Could the “B” be…
In this case, the tweets that caught my attention wasn’t by Duran Duran or a member of Duran Duran but tweets from friends about this interview here with Brandon Flowers. During this interview, he is asked about appearing on Duran Duran’s album. He denies it but “squirms”, according to the author of the article. Fascinating considering that in a recent Kafe, Roger mentioned that there was another surprise on the album and that his name started with a B. Brandon Flowers certainly does start with a B. As someone who loves Brandon’s music, I would be super excited if there was some truth to this rumor. Sadly, though, I’m doubting it based on this article on NME in which it is revealed that he has been working on New Order’s album, which I still am excited about. It isn’t Duran Duran but it is something!
How to Deal
Here’s the thing. I see many Duranies out there frustrated, annoyed, sick of Durantime and how long Duran has taken with this album. I can’t blame any of them for feeling this way. I’m more saddened by the people, the Duranies, I used to speak with frequently over social networking who seem to have just vanished since it has been quiet on the Duran front. To me, when people stop caring and walk away is way worse than those who complain/vent/express frustration. Durantime isn’t easy. No one wants Durantime. No FAN wants Durantime. So, I figure right now I have a choice. I could either complain or I could try to find a way to push through. I’m trying for the second choice. I’m opting for focusing on what cool things could be coming up. The assumption I have is that the album will be fabulous and that I’ll do my part to make sure that everyone I can reach out to knows that!
There’s no arguing it, Duran Duran is doing a lot of festivals this year. Fans are beginning to talk, and the chat is not always positive. This is likely not a surprise to DDHQ, as no matter what the band does there are always those that are unhappy, but festivals in particular seem to draw a loud dissension among the ranks. Let’s discuss!
First of all, let’s talk about the positives. Despite cries from longtime, diehard Duran fans – there ARE positives to doing festivals, and not all diehard fans dislike festivals. Many fans LOVE them, so I applaud them even as I question their sanity. Playing festivals allows bands to reach a large cross-population of people. When you’re playing a festival that features sixty bands, for example – the reach is wide. The Killarney Music and Food Festival has everyone from The Proclaimers to Burt Bacharach across six stages. The cross-section of people available to hear the band’s music, most likely new music at that point, is exponentially larger than they could ever hope to gain by doing ten shows in ten different cities. Travel less, reach more possible fans. Sounds like a great way to showcase a new album! It is a numbers game, and in order for Duran Duran to even begin to hope to sell this new album, much less receive any kind of land/internet radio support, getting that music heard by as many NEW people (not diehard fans, mind you) is key.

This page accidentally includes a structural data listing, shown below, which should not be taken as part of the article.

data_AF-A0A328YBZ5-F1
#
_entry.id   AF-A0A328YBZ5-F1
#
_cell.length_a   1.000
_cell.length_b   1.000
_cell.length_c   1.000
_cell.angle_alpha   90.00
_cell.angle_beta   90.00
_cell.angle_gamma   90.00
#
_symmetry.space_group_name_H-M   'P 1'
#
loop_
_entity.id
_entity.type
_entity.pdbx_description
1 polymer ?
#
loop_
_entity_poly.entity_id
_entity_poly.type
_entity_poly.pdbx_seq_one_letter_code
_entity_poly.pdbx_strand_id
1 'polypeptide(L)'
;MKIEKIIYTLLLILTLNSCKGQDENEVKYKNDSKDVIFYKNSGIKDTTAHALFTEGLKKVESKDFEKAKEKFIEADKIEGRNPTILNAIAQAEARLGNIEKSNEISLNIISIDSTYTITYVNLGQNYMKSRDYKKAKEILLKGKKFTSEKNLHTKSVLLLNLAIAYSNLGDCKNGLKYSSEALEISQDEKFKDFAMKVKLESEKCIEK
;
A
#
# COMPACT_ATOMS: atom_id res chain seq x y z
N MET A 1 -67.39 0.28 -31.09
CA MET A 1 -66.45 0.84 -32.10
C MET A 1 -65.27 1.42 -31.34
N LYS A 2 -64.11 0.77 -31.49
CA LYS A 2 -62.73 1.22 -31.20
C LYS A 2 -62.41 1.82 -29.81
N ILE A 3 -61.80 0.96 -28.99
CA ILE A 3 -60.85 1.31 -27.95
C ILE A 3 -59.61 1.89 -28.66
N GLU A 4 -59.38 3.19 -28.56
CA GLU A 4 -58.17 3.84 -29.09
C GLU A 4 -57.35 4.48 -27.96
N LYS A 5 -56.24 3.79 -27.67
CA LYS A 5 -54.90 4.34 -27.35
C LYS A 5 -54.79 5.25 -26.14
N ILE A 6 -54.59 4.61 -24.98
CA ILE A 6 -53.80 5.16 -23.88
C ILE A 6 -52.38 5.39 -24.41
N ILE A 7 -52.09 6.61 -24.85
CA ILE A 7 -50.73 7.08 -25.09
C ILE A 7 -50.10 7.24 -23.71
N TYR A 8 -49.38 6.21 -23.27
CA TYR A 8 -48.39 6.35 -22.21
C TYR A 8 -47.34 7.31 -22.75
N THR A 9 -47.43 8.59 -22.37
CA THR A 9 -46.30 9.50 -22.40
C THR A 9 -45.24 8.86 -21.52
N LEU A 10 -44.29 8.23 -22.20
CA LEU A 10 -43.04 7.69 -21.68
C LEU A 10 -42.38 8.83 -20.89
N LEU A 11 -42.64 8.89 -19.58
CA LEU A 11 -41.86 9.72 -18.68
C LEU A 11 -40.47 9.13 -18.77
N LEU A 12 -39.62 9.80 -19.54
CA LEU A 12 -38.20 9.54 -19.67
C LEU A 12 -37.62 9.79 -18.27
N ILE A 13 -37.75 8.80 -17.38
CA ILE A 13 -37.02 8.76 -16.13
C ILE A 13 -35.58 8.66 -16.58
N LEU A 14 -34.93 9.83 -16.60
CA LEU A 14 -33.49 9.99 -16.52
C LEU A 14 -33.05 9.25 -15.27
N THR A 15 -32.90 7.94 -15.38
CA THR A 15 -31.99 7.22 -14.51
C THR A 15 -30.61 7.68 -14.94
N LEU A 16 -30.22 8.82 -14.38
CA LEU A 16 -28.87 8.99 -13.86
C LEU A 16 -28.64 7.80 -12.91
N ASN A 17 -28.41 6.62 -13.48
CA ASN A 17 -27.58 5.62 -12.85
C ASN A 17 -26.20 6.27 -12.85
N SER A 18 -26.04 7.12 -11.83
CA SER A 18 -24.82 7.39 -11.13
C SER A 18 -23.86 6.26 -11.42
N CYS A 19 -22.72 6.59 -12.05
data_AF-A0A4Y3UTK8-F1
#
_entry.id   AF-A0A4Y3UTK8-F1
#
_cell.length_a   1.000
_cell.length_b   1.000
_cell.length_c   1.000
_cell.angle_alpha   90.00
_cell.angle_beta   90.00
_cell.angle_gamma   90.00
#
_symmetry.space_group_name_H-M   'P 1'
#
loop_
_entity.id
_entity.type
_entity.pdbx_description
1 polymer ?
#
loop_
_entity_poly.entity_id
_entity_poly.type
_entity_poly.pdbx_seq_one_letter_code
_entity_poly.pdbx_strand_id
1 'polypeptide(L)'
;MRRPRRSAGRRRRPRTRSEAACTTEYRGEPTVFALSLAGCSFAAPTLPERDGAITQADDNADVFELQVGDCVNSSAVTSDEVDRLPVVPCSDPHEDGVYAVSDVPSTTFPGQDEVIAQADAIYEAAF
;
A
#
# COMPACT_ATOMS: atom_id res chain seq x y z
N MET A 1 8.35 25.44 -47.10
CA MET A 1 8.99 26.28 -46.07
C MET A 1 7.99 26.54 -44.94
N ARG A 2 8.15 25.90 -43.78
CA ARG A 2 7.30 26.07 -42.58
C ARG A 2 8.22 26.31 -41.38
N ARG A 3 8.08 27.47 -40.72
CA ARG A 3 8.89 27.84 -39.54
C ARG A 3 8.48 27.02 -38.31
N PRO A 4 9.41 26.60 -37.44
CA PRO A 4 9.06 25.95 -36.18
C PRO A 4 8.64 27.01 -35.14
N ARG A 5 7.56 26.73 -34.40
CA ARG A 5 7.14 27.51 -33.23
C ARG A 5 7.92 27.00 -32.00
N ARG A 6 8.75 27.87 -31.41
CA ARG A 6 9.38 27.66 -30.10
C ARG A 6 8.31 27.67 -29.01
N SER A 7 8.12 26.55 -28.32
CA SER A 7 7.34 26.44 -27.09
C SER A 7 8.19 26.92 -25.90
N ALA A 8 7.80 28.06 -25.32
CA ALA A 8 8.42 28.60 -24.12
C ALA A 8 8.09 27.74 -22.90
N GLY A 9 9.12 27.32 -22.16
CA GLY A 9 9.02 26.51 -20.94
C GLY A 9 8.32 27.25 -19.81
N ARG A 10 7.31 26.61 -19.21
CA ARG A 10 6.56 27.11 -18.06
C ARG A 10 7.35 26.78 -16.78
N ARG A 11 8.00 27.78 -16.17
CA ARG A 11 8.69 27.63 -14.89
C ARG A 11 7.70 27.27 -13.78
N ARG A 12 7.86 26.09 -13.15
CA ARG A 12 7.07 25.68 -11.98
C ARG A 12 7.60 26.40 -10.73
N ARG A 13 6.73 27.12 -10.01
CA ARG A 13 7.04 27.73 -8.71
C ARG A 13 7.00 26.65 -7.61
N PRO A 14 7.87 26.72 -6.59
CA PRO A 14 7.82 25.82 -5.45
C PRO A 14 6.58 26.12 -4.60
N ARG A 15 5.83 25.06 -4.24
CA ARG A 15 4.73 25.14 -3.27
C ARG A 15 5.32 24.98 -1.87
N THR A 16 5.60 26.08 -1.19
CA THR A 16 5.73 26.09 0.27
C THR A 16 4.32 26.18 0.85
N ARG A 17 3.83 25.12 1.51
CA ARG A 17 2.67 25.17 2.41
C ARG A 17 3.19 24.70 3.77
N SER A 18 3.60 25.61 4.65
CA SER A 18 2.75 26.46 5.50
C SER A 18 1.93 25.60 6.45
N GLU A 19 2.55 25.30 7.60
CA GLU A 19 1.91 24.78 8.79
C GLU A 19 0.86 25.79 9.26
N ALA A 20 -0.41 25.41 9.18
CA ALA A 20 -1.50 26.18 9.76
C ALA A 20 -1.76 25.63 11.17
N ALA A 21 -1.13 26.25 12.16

What About The Diehards?
Let’s talk about that whole “diehard fan” thing for a second in terms of potential sales, and likely or probable sales. Potential sales are that which are possible. These sales haven’t been made yet, but they might under the right circumstances. The majority of people who attend a festival? Potential sales. The band has to sell them on their music, but it’s possible. Then there’s the other side – probable sales. These are sales that will likely happen. They’ve already been figured into the initial “bet” that the band or management is making upon agreeing to investing in this album to begin with. Guess which column diehard fans are in? (Sure, go ahead and mock me by say out loud that the band has to sell you on this new music – I’ll just remind many of you of the times fans have said on this very blog, “I don’t care how long I have to wait for this new album!!” or how many fans have told me personally that “It doesn’t matter WHAT Simon LeBon sounds like – I love them no matter what!”) Yes, chances are, we’ll all buy the album even if we decide we don’t like it later. Why? We’re diehard fans. We’re already SOLD. The trouble here is that while we might feel like there are a lot of us when it comes to getting front row tickets or getting face time in front of the band member of choice, when it comes to dollars and cents – there’s not that many of us. The band has to reach MUCH wider. What is the most economical way to do that? Festivals, and more than a few of them. Hence, the Duran Duran Summer of Festivals 2015. If you like festivals and are able to hang out in various parts of Europe all summer, you’re lucky. If you’re like the rest of us, you’re not. Welcome! We have cookies!! (And vodka if you’re into that sort of thing!)